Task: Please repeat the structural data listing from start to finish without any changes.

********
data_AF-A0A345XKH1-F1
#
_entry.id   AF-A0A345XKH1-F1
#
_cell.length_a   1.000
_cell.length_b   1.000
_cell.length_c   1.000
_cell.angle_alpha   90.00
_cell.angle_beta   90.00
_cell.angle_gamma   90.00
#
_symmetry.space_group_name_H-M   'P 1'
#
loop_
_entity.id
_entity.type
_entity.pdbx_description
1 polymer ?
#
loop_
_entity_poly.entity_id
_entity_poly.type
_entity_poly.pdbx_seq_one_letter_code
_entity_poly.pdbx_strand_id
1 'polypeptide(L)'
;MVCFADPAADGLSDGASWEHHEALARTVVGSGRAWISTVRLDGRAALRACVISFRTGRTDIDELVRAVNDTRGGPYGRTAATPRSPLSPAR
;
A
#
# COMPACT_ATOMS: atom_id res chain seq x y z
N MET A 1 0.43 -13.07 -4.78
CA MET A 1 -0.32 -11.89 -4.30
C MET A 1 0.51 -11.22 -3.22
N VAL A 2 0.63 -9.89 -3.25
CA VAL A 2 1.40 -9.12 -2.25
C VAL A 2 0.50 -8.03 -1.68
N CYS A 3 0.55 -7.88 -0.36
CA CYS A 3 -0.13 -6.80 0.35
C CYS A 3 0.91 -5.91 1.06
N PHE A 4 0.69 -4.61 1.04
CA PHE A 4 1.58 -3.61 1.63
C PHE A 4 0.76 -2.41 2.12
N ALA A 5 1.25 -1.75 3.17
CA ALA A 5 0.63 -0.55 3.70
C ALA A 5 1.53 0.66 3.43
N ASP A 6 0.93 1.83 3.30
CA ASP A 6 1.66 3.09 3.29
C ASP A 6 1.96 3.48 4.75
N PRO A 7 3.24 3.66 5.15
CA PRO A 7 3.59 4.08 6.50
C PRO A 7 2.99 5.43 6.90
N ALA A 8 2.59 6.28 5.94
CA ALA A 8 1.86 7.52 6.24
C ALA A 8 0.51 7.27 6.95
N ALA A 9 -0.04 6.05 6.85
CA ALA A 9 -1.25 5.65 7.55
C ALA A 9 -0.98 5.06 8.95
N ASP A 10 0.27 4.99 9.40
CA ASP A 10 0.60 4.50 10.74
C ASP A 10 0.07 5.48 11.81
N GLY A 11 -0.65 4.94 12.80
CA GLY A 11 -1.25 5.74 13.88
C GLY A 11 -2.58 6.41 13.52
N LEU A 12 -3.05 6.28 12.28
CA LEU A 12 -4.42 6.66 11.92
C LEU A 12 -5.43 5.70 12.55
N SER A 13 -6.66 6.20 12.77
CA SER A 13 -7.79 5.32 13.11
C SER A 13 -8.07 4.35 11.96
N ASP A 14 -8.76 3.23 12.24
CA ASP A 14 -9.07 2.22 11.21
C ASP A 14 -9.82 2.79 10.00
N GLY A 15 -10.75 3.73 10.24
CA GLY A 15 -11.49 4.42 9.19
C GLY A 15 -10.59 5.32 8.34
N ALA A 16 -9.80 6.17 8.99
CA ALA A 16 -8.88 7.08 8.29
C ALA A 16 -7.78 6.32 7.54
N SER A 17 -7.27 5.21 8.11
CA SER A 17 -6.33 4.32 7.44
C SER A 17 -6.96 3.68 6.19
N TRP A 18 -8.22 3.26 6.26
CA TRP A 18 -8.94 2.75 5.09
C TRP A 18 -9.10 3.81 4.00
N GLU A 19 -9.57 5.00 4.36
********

data_AF-A0A345XKH1-F1
#
_entry.id   AF-A0A345XKH1-F1
#
_cell.length_a   1.000
_cell.length_b   1.000
_cell.length_c   1.000
_cell.angle_alpha   90.00
_cell.angle_beta   90.00
_cell.angle_gamma   90.00
#
_symmetry.space_group_name_H-M   'P 1'
#
loop_
_entity.id
_entity.type
_entity.pdbx_description
1 polymer ?
#
loop_
_entity_poly.entity_id
_entity_poly.type
_entity_poly.pdbx_seq_one_letter_code
_entity_poly.pdbx_strand_id
1 'polypeptide(L)'
;MVCFADPAADGLSDGASWEHHEALARTVVGSGRAWISTVRLDGRAALRACVISFRTGRTDIDELVRAVNDTRGGPYGRTAATPRSPLSPAR
;
A
#
# COMPACT_ATOMS: atom_id res chain seq x y z
N MET A 1 0.43 -13.07 -4.78
CA MET A 1 -0.32 -11.89 -4.30
C MET A 1 0.51 -11.22 -3.22
N VAL A 2 0.63 -9.89 -3.25
CA VAL A 2 1.40 -9.12 -2.25
C VAL A 2 0.50 -8.03 -1.68
N CYS A 3 0.55 -7.88 -0.36
CA CYS A 3 -0.13 -6.80 0.35
C CYS A 3 0.91 -5.91 1.06
N PHE A 4 0.69 -4.61 1.04
CA PHE A 4 1.58 -3.61 1.63
C PHE A 4 0.76 -2.41 2.12
N ALA A 5 1.25 -1.75 3.17
CA ALA A 5 0.63 -0.55 3.70
C ALA A 5 1.53 0.66 3.43
N ASP A 6 0.93 1.83 3.30
CA ASP A 6 1.66 3.09 3.29
C ASP A 6 1.96 3.48 4.75
N PRO A 7 3.24 3.66 5.15
CA PRO A 7 3.59 4.08 6.50
C PRO A 7 2.99 5.43 6.90
N ALA A 8 2.59 6.28 5.94
CA ALA A 8 1.86 7.52 6.24
C ALA A 8 0.51 7.27 6.95
N ALA A 9 -0.04 6.05 6.85
CA ALA A 9 -1.25 5.65 7.55
C ALA A 9 -0.98 5.06 8.95
N ASP A 10 0.27 4.99 9.40
CA ASP A 10 0.60 4.50 10.74
C ASP A 10 0.07 5.48 11.81
N GLY A 11 -0.65 4.94 12.80
CA GLY A 11 -1.25 5.74 13.88
C GLY A 11 -2.58 6.41 13.52
N LEU A 12 -3.05 6.28 12.28
CA LEU A 12 -4.42 6.66 11.92
C LEU A 12 -5.43 5.70 12.55
N SER A 13 -6.66 6.20 12.77
CA SER A 13 -7.79 5.32 13.11
C SER A 13 -8.07 4.35 11.96
N ASP A 14 -8.76 3.23 12.24
CA ASP A 14 -9.07 2.22 11.21
C ASP A 14 -9.82 2.79 10.00
N GLY A 15 -10.75 3.73 10.24
CA GLY A 15 -11.49 4.42 9.19
C GLY A 15 -10.59 5.32 8.34
N ALA A 16 -9.80 6.17 8.99
CA ALA A 16 -8.88 7.08 8.29
C ALA A 16 -7.78 6.32 7.54
N SER A 17 -7.27 5.21 8.11
CA SER A 17 -6.33 4.32 7.44
C SER A 17 -6.96 3.68 6.19
N TRP A 18 -8.22 3.26 6.26
CA TRP A 18 -8.94 2.75 5.09
C TRP A 18 -9.10 3.81 4.00
N GLU A 19 -9.57 5.00 4.36